You can successfully broach a lot of uncharted territory—or perhaps previously charted, but perilously so—if you start out by going vertical.  By exploring what goes on inside yourself in the challenging interaction, when the triggering behavior of the other happens. How do I feel in this dynamic? What’s at stake for me?  What do I wish for? Long for? Need? Getting clear first, on the vertical experience, is step one. Step two is, from a place of internal understanding, reporting on it. The late pioneer of family systems theory Dr. Murray Bowen referred to this style of relational reportage as “representing self.”

We’ve all heard about “I statements,” and the importance of “I statements” over “You statements.” Ideally, “I statements” go vertical, allowing us to report on our own experience, to represent self. “You statements” point a horizontal line at the other—the exact line the other can use to zing one right back at you! “You statements” set up the back and forth volley of “Yeah, but you…” “Oh really?  You’re the one who…”   And that imaginary line denoting the horizontal play gets thicker and thicker, traversed back and forth ad infinitum. (The only problem I observe with “I statements” is when they are a “You statement” in disguise. The ultimate satirical version of this is: “I feel like you’re an asshole.”) Used genuinely to go vertical and represent self, “I statements” clear the air, create pathways for understanding, compassion, relational peace.   

In the workplace, a manager can tell her direct report, “I want you to succeed. But I’m finding myself at a loss as to how to get through to you in this particular area.”  That’s vertical. That’s representing self.  That’s compassionate. And it’s also real. And very likely effective – certainly more so than, “You never listen” or “You’re stubborn.”  

Same goes for communicating at home. With family members, “I worry when I don’t hear from you. It would really mean a lot to me if you checked in more,” is more likely to be received than, “You never check in,” or “You make promises you don’t keep.”  Another example of going vertical might be, “I shut down and stop listening when you raise your voice; it alienates me,” versus the horizontal, “You’re hysterical,” or, “You’re crazy, I’m outta here,” or, “Shut up!” With our younger children, when we really go vertical, what are we worried about? Their safety. Their ability to thrive as humans. We may not like their behavior, but if we go vertical and get in touch with why, we can communicate from a deeper, more compassionate place. “I care about you. I want to help you learn something really important here.”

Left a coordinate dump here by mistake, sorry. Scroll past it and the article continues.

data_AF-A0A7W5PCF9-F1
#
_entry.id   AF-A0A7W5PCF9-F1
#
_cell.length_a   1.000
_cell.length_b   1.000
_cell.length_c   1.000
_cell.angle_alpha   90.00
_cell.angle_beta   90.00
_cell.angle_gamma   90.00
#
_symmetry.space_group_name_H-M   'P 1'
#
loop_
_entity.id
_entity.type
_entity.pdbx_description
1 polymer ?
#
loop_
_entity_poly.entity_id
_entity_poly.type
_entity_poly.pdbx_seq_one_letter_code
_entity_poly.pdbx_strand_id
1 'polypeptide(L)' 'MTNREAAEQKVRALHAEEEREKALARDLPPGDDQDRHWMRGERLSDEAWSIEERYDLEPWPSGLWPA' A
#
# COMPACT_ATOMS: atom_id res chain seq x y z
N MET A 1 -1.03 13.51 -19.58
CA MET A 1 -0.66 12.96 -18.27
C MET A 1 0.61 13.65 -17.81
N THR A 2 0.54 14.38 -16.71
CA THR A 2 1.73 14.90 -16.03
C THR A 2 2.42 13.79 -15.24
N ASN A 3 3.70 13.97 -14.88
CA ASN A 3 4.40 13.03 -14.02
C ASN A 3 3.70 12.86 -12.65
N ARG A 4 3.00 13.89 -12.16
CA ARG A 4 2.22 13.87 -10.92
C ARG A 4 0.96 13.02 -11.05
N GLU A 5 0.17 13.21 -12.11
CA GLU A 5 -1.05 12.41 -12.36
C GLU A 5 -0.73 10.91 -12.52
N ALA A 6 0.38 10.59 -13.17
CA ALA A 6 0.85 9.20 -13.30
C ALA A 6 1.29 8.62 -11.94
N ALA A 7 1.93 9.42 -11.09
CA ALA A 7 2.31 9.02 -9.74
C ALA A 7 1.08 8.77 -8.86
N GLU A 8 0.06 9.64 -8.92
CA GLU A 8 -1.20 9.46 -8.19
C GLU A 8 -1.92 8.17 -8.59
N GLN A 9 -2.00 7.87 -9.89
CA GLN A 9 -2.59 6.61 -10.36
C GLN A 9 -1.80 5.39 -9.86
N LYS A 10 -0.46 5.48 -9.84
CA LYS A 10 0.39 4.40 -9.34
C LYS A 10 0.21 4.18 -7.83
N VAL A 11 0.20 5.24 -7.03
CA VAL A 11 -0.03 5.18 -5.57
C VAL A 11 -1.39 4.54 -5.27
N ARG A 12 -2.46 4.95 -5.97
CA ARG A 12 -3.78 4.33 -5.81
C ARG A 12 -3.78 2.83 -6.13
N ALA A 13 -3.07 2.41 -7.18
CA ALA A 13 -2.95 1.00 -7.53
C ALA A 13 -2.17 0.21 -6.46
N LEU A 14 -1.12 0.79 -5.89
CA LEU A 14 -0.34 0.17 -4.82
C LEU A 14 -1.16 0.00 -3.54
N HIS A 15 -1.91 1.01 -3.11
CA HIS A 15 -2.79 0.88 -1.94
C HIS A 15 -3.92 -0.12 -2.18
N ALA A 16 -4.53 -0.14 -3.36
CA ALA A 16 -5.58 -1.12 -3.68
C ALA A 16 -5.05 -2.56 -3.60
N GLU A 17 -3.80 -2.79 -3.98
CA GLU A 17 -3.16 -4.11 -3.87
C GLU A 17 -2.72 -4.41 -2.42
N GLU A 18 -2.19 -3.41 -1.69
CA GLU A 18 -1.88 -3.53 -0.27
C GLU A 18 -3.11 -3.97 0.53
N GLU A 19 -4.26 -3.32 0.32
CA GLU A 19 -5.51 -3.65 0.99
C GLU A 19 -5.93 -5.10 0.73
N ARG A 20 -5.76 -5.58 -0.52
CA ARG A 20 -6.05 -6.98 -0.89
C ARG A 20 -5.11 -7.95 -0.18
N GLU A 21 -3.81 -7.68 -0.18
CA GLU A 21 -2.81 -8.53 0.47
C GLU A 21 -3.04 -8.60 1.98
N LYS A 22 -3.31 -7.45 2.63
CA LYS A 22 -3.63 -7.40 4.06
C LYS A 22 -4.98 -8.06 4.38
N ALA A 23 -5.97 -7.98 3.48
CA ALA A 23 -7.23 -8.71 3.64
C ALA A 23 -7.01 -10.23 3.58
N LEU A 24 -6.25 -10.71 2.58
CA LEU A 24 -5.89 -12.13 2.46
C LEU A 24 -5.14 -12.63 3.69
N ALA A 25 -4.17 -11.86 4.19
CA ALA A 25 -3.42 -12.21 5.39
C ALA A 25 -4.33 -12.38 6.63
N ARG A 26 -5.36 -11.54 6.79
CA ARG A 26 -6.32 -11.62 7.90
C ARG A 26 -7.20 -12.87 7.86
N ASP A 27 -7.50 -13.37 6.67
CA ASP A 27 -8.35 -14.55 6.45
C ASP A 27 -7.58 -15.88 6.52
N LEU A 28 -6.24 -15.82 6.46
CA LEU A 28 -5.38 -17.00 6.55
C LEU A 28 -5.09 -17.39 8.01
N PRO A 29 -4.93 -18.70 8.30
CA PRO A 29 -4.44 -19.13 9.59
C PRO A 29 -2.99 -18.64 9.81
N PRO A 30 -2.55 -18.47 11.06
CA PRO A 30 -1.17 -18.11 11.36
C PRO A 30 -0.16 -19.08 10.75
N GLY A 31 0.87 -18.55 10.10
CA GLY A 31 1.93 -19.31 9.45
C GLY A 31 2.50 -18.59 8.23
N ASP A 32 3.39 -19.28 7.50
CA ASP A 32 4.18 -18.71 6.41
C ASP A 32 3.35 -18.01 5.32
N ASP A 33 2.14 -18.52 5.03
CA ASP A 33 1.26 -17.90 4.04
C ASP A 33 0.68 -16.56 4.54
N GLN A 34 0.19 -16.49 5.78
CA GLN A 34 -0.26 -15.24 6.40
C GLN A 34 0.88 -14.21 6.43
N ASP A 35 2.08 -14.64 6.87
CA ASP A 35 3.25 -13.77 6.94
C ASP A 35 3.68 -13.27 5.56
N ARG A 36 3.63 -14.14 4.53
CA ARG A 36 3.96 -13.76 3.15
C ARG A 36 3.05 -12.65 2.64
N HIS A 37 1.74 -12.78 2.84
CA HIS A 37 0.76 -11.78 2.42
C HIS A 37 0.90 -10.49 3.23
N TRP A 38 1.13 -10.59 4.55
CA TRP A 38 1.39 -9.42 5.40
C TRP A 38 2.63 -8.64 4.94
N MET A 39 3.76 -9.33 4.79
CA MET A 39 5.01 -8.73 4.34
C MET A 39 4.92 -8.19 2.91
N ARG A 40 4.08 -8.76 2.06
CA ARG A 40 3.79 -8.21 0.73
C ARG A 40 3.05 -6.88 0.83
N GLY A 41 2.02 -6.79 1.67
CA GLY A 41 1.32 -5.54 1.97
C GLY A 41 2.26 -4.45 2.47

That’s what I see with my clients when they go vertical and represent self, and what I experience repeatedly in my own relationships when I do it: space opens up for compassion. When we go vertical, we are communicating on a deeper level, beneath the surface blame game, where the capacity for compassion resides. Compassion for self. Compassion for the other. And the other’s compassion for you. Compassion begets compassion; it’s the soil of intimacy in which all things healing grow.

On Hibernating

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I might be part bear.  

During winter, the bear emoji, which I completely overlook on my phone for the other seasons, shows up in my oft-used section.  That furry little ursine face is how I identify myself via text, giving a visual to the low-hanging trundling-towards-the-cave state of my energy.

I cannot say enough about the comfort of my bed, the draw of the flannel sheets, the cozy containment of a pillow over my upward-facing ear, blotting out all noise and stimulation, swaddling me into another hour—or two—of sleep.  I used to think this was depression.  (The truth is, it could be. After all, it’s seasonal, and taking to the bed is a symptom of Seasonal Affective Disorder, acronym: SAD.) One January, seeing me dig my warm bathrobe out of my winter storage box and change into it before dinner, my son said, “Oh no, Mom: you’re doing your housecoat phase again?”  That was when it dawned on me I actually had a housecoat phase. (And that my eleven-year-old son somehow knew the term for that 1950’s garment.) Not great for my self-image, not at all a depiction of the fun-loving Mom I wanted to be year-round, but true.